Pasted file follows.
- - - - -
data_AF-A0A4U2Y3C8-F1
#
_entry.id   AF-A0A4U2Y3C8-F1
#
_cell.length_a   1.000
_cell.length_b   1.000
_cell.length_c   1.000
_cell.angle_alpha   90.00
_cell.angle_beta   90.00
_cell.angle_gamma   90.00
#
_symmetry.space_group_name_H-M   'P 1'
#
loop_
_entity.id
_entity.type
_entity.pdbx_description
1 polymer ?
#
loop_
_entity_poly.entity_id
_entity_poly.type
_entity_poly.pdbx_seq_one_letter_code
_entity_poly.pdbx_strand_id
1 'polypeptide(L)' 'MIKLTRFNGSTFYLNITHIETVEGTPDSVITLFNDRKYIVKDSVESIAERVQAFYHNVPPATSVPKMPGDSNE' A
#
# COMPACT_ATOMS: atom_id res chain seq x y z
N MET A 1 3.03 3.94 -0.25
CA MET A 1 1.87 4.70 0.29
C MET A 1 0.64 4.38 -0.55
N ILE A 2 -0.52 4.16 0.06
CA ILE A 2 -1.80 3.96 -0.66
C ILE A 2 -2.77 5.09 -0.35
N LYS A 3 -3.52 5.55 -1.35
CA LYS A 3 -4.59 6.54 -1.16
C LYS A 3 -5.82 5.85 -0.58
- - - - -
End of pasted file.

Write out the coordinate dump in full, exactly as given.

data_AF-A0A4U2Y3C8-F1
#
_entry.id   AF-A0A4U2Y3C8-F1
#
_cell.length_a   1.000
_cell.length_b   1.000
_cell.length_c   1.000
_cell.angle_alpha   90.00
_cell.angle_beta   90.00
_cell.angle_gamma   90.00
#
_symmetry.space_group_name_H-M   'P 1'
#
loop_
_entity.id
_entity.type
_entity.pdbx_description
1 polymer ?
#
loop_
_entity_poly.entity_id
_entity_poly.type
_entity_poly.pdbx_seq_one_letter_code
_entity_poly.pdbx_strand_id
1 'polypeptide(L)' 'MIKLTRFNGSTFYLNITHIETVEGTPDSVITLFNDRKYIVKDSVESIAERVQAFYHNVPPATSVPKMPGDSNE' A
#
# COMPACT_ATOMS: atom_id res chain seq x y z
N MET A 1 3.03 3.94 -0.25
CA MET A 1 1.87 4.70 0.29
C MET A 1 0.64 4.38 -0.55
N ILE A 2 -0.52 4.16 0.06
CA ILE A 2 -1.80 3.96 -0.66
C ILE A 2 -2.77 5.09 -0.35
N LYS A 3 -3.52 5.55 -1.35
CA LYS A 3 -4.59 6.54 -1.16
C LYS A 3 -5.82 5.85 -0.58